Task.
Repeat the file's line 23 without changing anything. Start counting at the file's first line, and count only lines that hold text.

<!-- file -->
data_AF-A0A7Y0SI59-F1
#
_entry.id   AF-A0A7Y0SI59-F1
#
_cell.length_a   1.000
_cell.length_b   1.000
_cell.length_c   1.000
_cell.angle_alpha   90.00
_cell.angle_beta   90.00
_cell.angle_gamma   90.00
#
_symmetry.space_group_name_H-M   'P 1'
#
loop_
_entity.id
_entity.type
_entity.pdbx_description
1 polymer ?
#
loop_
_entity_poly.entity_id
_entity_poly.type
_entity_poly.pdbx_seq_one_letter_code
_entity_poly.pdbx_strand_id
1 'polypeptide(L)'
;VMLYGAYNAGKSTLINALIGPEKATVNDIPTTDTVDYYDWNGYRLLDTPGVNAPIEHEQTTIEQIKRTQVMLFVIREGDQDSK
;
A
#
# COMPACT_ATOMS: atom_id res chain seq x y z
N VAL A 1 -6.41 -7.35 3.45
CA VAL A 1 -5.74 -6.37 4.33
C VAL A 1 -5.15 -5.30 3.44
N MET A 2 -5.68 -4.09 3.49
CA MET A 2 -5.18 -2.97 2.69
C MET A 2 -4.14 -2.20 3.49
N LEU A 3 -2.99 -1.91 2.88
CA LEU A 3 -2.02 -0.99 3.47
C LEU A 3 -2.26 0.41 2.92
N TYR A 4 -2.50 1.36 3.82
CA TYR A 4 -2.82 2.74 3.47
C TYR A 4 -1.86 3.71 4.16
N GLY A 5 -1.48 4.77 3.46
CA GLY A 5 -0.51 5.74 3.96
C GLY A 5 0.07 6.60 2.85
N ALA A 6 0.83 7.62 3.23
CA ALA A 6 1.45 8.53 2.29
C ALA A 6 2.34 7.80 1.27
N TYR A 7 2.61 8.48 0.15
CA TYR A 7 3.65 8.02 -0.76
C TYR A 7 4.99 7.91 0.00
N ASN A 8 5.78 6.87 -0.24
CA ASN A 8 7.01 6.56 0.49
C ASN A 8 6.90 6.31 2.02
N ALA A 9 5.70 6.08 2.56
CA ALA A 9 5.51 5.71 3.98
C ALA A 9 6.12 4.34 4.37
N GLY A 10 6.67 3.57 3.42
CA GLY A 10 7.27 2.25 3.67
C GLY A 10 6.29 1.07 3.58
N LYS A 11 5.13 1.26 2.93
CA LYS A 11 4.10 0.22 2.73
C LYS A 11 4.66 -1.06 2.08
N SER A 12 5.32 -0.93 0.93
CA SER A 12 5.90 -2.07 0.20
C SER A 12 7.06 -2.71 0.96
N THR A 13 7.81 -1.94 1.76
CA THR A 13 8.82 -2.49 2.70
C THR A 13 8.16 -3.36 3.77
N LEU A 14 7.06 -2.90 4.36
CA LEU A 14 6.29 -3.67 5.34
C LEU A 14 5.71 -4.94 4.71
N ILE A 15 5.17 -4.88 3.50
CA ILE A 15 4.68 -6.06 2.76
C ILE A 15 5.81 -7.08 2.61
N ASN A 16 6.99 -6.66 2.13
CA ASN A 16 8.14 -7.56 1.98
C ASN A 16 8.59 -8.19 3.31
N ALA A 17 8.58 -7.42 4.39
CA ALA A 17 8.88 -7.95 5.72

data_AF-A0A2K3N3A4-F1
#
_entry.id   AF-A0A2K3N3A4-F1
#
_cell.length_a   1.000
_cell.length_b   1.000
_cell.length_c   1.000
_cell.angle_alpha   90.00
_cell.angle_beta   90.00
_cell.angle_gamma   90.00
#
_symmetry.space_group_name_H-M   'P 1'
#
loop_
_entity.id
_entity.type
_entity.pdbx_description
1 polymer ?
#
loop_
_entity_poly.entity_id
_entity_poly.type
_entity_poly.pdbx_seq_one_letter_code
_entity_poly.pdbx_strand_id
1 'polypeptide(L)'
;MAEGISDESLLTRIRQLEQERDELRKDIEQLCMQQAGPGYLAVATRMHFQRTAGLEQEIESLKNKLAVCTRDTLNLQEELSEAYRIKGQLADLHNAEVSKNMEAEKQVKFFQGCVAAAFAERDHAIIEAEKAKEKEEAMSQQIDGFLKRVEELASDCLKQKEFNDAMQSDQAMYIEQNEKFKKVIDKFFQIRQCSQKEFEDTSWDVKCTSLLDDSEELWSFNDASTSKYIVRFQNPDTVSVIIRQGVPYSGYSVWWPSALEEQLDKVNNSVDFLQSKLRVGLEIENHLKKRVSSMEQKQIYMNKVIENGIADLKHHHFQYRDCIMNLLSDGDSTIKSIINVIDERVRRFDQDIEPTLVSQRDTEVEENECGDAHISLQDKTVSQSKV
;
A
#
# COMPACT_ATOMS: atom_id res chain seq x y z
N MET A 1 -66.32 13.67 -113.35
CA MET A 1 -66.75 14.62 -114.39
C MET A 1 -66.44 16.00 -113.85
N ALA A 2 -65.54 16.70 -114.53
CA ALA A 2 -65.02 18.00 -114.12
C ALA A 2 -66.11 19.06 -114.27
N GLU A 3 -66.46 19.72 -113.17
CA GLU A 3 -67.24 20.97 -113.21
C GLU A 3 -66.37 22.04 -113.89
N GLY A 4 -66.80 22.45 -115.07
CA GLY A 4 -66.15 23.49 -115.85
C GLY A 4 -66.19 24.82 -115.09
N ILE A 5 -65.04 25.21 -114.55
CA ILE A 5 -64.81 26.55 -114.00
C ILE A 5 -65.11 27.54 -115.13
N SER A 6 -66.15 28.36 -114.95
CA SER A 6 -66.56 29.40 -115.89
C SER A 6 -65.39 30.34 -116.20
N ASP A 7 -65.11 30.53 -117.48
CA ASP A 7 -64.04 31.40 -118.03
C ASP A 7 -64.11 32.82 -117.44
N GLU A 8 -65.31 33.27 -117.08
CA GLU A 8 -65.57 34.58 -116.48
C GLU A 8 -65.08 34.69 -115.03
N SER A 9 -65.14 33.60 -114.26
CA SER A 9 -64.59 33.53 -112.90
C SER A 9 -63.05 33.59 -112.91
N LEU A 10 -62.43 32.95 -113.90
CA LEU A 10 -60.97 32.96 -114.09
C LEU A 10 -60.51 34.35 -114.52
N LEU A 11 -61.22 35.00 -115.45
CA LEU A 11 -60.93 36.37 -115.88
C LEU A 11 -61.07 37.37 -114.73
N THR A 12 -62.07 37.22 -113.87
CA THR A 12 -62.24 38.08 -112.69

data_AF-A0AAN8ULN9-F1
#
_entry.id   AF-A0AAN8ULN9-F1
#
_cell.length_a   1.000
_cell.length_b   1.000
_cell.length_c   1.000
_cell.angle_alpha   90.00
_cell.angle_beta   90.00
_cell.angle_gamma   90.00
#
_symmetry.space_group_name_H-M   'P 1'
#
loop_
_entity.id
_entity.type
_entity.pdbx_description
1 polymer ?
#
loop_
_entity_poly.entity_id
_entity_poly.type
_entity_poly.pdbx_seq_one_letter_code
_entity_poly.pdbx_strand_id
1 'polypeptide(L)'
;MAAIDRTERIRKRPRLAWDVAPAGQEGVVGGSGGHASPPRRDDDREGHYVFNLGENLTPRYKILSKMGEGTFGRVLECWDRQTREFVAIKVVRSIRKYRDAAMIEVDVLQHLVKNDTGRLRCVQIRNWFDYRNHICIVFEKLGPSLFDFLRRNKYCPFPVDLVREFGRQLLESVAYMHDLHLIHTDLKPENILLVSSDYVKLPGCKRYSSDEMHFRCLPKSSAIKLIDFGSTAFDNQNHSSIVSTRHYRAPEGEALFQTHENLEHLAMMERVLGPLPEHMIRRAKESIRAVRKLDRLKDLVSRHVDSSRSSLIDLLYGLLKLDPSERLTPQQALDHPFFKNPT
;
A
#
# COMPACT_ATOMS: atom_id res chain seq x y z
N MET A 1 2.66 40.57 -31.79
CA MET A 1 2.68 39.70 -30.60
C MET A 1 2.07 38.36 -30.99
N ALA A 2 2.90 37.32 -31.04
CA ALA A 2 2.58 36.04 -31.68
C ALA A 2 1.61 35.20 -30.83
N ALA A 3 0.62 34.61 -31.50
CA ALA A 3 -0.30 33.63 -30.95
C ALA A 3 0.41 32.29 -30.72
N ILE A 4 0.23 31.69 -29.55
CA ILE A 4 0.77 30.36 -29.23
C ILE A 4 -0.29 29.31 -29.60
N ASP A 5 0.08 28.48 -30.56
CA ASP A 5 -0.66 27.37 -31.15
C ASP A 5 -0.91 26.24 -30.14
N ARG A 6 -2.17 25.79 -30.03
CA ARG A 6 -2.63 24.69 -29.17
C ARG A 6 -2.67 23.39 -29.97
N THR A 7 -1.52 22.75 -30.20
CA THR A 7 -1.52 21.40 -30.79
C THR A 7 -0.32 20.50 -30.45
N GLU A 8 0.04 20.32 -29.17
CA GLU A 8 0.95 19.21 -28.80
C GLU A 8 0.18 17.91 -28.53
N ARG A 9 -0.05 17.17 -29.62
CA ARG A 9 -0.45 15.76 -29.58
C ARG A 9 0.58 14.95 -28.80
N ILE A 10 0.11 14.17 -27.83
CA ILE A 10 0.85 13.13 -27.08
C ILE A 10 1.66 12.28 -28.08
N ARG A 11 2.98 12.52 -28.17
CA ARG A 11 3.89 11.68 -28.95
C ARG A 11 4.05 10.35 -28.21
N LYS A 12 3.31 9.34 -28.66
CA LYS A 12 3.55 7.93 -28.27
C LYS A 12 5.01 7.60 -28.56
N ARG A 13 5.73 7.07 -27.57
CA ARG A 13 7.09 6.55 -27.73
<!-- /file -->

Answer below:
_entity_poly.pdbx_seq_one_letter_code